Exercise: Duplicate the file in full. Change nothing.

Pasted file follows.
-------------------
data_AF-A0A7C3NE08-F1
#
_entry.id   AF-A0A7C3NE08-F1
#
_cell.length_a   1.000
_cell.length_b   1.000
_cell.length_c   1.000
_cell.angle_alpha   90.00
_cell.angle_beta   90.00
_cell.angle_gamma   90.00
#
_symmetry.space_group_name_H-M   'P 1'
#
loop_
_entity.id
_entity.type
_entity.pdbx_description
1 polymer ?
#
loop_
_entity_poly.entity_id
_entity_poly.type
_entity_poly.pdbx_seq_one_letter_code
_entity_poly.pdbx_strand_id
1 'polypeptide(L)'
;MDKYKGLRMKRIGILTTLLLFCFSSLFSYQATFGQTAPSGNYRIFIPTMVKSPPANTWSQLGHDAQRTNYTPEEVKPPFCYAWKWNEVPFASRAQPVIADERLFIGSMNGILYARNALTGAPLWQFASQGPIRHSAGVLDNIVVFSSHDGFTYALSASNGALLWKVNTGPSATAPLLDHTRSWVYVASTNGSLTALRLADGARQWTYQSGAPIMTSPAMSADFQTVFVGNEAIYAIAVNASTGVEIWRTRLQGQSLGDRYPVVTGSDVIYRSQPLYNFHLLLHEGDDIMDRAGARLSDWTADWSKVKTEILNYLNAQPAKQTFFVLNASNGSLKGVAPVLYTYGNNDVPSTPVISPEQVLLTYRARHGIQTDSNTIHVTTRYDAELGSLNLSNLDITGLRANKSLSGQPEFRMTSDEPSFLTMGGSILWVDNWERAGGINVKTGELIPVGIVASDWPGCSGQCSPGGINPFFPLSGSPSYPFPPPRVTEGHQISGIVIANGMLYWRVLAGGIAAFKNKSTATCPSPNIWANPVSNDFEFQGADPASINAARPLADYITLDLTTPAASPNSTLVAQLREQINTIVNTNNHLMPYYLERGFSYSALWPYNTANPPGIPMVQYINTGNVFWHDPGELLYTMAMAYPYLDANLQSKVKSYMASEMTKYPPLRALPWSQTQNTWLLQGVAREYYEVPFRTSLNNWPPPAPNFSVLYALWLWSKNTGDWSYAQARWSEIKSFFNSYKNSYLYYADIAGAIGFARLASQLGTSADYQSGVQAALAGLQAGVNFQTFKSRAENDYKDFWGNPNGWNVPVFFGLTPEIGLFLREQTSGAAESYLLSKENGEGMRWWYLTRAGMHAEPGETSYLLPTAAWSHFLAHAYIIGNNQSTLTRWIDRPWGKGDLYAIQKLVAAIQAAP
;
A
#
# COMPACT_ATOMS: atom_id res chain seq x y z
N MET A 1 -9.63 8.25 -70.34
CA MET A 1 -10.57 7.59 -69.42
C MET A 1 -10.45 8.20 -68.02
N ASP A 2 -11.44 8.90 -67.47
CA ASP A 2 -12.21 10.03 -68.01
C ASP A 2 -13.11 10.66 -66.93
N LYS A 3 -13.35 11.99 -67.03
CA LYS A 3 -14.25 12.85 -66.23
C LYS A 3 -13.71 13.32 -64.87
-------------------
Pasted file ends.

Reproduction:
data_AF-A0A7C3NE08-F1
#
_entry.id   AF-A0A7C3NE08-F1
#
_cell.length_a   1.000
_cell.length_b   1.000
_cell.length_c   1.000
_cell.angle_alpha   90.00
_cell.angle_beta   90.00
_cell.angle_gamma   90.00
#
_symmetry.space_group_name_H-M   'P 1'
#
loop_
_entity.id
_entity.type
_entity.pdbx_description
1 polymer ?
#
loop_
_entity_poly.entity_id
_entity_poly.type
_entity_poly.pdbx_seq_one_letter_code
_entity_poly.pdbx_strand_id
1 'polypeptide(L)'
;MDKYKGLRMKRIGILTTLLLFCFSSLFSYQATFGQTAPSGNYRIFIPTMVKSPPANTWSQLGHDAQRTNYTPEEVKPPFCYAWKWNEVPFASRAQPVIADERLFIGSMNGILYARNALTGAPLWQFASQGPIRHSAGVLDNIVVFSSHDGFTYALSASNGALLWKVNTGPSATAPLLDHTRSWVYVASTNGSLTALRLADGARQWTYQSGAPIMTSPAMSADFQTVFVGNEAIYAIAVNASTGVEIWRTRLQGQSLGDRYPVVTGSDVIYRSQPLYNFHLLLHEGDDIMDRAGARLSDWTADWSKVKTEILNYLNAQPAKQTFFVLNASNGSLKGVAPVLYTYGNNDVPSTPVISPEQVLLTYRARHGIQTDSNTIHVTTRYDAELGSLNLSNLDITGLRANKSLSGQPEFRMTSDEPSFLTMGGSILWVDNWERAGGINVKTGELIPVGIVASDWPGCSGQCSPGGINPFFPLSGSPSYPFPPPRVTEGHQISGIVIANGMLYWRVLAGGIAAFKNKSTATCPSPNIWANPVSNDFEFQGADPASINAARPLADYITLDLTTPAASPNSTLVAQLREQINTIVNTNNHLMPYYLERGFSYSALWPYNTANPPGIPMVQYINTGNVFWHDPGELLYTMAMAYPYLDANLQSKVKSYMASEMTKYPPLRALPWSQTQNTWLLQGVAREYYEVPFRTSLNNWPPPAPNFSVLYALWLWSKNTGDWSYAQARWSEIKSFFNSYKNSYLYYADIAGAIGFARLASQLGTSADYQSGVQAALAGLQAGVNFQTFKSRAENDYKDFWGNPNGWNVPVFFGLTPEIGLFLREQTSGAAESYLLSKENGEGMRWWYLTRAGMHAEPGETSYLLPTAAWSHFLAHAYIIGNNQSTLTRWIDRPWGKGDLYAIQKLVAAIQAAP
;
A
#
# COMPACT_ATOMS: atom_id res chain seq x y z
N MET A 1 -9.63 8.25 -70.34
CA MET A 1 -10.57 7.59 -69.42
C MET A 1 -10.45 8.20 -68.02
N ASP A 2 -11.44 8.90 -67.47
CA ASP A 2 -12.21 10.03 -68.01
C ASP A 2 -13.11 10.66 -66.93
N LYS A 3 -13.35 11.99 -67.03
CA LYS A 3 -14.25 12.85 -66.23
C LYS A 3 -13.71 13.32 -64.87